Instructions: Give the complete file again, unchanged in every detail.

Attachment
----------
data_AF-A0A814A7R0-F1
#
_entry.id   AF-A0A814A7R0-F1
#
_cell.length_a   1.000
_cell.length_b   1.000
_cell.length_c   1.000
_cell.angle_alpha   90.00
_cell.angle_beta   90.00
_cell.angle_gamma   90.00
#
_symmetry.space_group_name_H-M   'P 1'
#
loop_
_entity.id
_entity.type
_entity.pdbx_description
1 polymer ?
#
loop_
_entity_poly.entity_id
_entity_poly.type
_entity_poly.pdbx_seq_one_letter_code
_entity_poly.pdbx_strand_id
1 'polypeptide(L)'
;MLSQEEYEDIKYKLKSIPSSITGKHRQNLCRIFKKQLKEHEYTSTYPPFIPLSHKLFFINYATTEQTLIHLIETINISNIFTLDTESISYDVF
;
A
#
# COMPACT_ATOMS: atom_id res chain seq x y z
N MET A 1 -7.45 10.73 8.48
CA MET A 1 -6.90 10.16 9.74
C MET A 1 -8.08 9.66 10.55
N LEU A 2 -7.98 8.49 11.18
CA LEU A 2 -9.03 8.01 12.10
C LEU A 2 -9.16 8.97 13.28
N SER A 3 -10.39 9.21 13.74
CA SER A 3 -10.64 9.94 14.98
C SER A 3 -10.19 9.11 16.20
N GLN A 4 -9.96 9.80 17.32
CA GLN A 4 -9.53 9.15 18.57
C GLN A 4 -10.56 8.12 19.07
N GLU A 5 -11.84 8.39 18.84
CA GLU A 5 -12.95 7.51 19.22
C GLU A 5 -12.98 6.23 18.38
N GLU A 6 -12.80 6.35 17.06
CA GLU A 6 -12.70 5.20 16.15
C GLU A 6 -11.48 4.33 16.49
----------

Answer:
data_AF-A0A814A7R0-F1
#
_entry.id   AF-A0A814A7R0-F1
#
_cell.length_a   1.000
_cell.length_b   1.000
_cell.length_c   1.000
_cell.angle_alpha   90.00
_cell.angle_beta   90.00
_cell.angle_gamma   90.00
#
_symmetry.space_group_name_H-M   'P 1'
#
loop_
_entity.id
_entity.type
_entity.pdbx_description
1 polymer ?
#
loop_
_entity_poly.entity_id
_entity_poly.type
_entity_poly.pdbx_seq_one_letter_code
_entity_poly.pdbx_strand_id
1 'polypeptide(L)'
;MLSQEEYEDIKYKLKSIPSSITGKHRQNLCRIFKKQLKEHEYTSTYPPFIPLSHKLFFINYATTEQTLIHLIETINISNIFTLDTESISYDVF
;
A
#
# COMPACT_ATOMS: atom_id res chain seq x y z
N MET A 1 -7.45 10.73 8.48
CA MET A 1 -6.90 10.16 9.74
C MET A 1 -8.08 9.66 10.55
N LEU A 2 -7.98 8.49 11.18
CA LEU A 2 -9.03 8.01 12.10
C LEU A 2 -9.16 8.97 13.28
N SER A 3 -10.39 9.21 13.74
CA SER A 3 -10.64 9.94 14.98
C SER A 3 -10.19 9.11 16.20
N GLN A 4 -9.96 9.80 17.32
CA GLN A 4 -9.53 9.15 18.57
C GLN A 4 -10.56 8.12 19.07
N GLU A 5 -11.84 8.39 18.84
CA GLU A 5 -12.95 7.51 19.22
C GLU A 5 -12.98 6.23 18.38
N GLU A 6 -12.80 6.35 17.06
CA GLU A 6 -12.70 5.20 16.15
C GLU A 6 -11.48 4.33 16.49